Jamie Delano, who wrote the first couple dozen or so of the ongoing John Constantine: Hellblazer series way back in the pre-Vertigo late 80s-early 90’s (and had actually returned to script a fill-in issue or two at different times since), is back with a hardcover graphic novel that on the surface seems like the run-of-the-mill sort of situations ol’ Conjob has been dealing with since Delano’s previous tenure- demonic doings and conflicts with authority- but manages to transcend that. Delano teams up with Jock, of Losers fame and more recently, filling in for J.H. Williams III on the Batwoman feature in Detective, to bring us a longform account of Constantine, coerced by British Military Intelligence into helping them with the threat of some sort of demonic presence that they’ve apprehended in Iraq, but isn’t taking his captivity well at all, driving his interrogators to illness, terror and even suicide. With the assistance of the agent that was also coerced into drugging him and setting him up for a bombing and theft of Iraqi artifacts, John eventually gets to the bottom of what’s happening, and even ends up in a high stakes game of poker, yes, poker, with their souls, along with hundreds of innocents, on the line. What results is just part of the most entertaining Constantine tale I’ve read in a good long while, and I’ve been reading ’em since day one; Delano gives John a cutting, nasty, biting wit and sardonic sense of humor that I just don’t remember him giving him back in the day, and Jock, with his angular, sloppy, but always nicely staged for maximum dramatics art enhances the script, making the occasional infodump or clumsy line palatable. Jock also does a nice job with the whole desert/military aspect of the visuals as well (unsurprising for the artist of The Losers); combined with his saturated color palette, all crimsons, golds and browns, they succeed in evoking the whole Iraqi war experience, at least what we’ve seen in films such as The Hurt Locker and the like. I don’t have a clue why this couldn’t have been serialized in the Hellblazer comic proper; the price tag is daunting enough. As I understand it, this was completed in 2008 and held back until the 25th anniversary of the character. If you’re a fan, you’ll want this.

Script: Jimmy Palmiotti
Art: Amanda Conner
DC Comics, $2.99

Although there are many that would hold that the superhero genre of comics is mostly creatively bankrupt, and I can’t say that I’m not one of them on many occasions, here we have an enjoyable exception. After a tentative beginning, Palmiotti has settled into a very good groove with this title, which stars yet another DC character with an enormously confusing backstory and whose costume is an offensive symbol of sexism to many to boot. By emphasizing the ordinary, everyday existence of Power Girl (she’s even shown sitting on the toilet- from the shoulders up, get your mind out of the gutter- at the beginning of this issue), not only at home, but in her job as a civilian and as she encounters weird menaces too, he succeeds in making her identifiable and even more likable than she already was, despite decades of continuity shenanigans at the hands of various writers. Of course, a big part of the reason he’s been so successful is Amanda Conner’s art, a clean, accessible, and eye-pleasing style that’s as adept for spandex slugfests as it is for the lighter moments. This issue, she has to deal with a threat from the colleague/girlfriend of the Ultra-Humanite, with whom she tangled back in issues 1 & 2; Satanna (I keep either scanning/pronouncing it as Santana, or even worse, confusing it with Marvel’s Satana character)  is her name, she wants revenge, and she shows up with a posse of intelligent man-animals in order to achieve that goal. What ensues, after all the slice of life stuff, is several pages of orchestrated mayhem…but Conner draws ’em so purty that all resistance becomes…well, if not exactly futile, then a lot more difficult than if your Ivan Reises or Tony Daniels were drawing it, that’s what I’m saying. Here’s proof, I think, that superheroes can still be done well, even by DC. The first trade is scheduled for release in April.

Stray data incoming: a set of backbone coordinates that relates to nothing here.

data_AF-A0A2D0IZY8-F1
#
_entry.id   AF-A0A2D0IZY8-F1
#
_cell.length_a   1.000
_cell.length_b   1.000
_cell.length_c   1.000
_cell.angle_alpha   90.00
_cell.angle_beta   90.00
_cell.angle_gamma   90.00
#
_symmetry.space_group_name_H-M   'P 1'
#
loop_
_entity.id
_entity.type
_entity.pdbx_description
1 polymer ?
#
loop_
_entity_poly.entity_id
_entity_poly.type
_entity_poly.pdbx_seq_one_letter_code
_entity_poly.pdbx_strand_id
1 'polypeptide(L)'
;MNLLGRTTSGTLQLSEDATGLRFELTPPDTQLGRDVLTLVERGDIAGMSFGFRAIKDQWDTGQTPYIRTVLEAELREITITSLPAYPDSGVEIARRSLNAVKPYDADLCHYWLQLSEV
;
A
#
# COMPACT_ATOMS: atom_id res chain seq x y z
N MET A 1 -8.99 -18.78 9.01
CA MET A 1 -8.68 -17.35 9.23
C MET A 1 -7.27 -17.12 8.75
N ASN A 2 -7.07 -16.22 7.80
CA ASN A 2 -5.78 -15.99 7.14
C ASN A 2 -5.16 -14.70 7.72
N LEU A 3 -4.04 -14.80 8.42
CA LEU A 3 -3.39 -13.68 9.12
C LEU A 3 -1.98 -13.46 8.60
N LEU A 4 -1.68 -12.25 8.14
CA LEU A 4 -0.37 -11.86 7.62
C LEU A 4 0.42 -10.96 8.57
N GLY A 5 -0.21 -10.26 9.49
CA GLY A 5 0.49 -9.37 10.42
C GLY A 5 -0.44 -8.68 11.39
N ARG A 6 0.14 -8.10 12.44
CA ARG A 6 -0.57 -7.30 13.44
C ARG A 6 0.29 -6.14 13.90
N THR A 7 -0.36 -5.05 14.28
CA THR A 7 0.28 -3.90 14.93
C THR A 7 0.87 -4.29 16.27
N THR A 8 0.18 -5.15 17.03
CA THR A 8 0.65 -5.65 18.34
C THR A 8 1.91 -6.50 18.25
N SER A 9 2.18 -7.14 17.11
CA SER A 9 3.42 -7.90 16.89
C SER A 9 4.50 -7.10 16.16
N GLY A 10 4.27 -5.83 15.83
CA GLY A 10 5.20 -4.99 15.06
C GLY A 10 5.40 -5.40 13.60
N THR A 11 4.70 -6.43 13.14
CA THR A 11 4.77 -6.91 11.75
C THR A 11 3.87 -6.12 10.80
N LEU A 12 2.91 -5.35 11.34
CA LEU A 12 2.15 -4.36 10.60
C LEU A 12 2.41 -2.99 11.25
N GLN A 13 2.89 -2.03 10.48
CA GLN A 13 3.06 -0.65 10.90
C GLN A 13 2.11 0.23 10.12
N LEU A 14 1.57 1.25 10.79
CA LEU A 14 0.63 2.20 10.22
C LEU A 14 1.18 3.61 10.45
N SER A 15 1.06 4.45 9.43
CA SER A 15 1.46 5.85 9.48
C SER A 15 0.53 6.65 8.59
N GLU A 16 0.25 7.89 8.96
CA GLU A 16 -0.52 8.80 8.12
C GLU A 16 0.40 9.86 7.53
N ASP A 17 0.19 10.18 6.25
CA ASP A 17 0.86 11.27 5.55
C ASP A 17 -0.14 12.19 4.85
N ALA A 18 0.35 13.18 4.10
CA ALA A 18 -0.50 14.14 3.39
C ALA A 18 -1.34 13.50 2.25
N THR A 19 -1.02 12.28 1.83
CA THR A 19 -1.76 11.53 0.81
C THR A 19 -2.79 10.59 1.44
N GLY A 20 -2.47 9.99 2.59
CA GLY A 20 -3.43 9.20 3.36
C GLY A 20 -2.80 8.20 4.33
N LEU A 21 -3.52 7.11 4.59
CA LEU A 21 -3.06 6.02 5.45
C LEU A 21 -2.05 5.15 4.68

Script: Joss Whedon
Art: Fabio Moon
Dark Horse Comics, $3.50

Remember Josie and the Pussycats in Outer Space? Well, Joss Whedon does, and last year he teamed with the prolific Mr. Moon to bring you an edgier, more out-there take on the concept of a all-female pop/rock group having adventures out in the cosmos. Between this and the Earthbound, post-apocalyptic Josie-meets-Mad Max saga The Apocalypstix, I think this sort of thing is well-covered. This was originally serialized on Dark Horse’s MySpace Comics site, and now it’s all collected with some production notes and sketchbook extras and so on, so you can have a physical souvenir of the experience. I may sound sarcastic, but I’m not trying to; this is tremendously entertaining and fun, and Moon does his typically stellar job. Whedon’s trademark witty repartee is in evidence, as well. Hardly essential, but a good time just the same. Maybe Whedon should have developed this instead of Dollhouse…

Thanks for reading, and see you next Tuesday!

Review inquiries? Send to johnnybacardi AT gmail DOT com.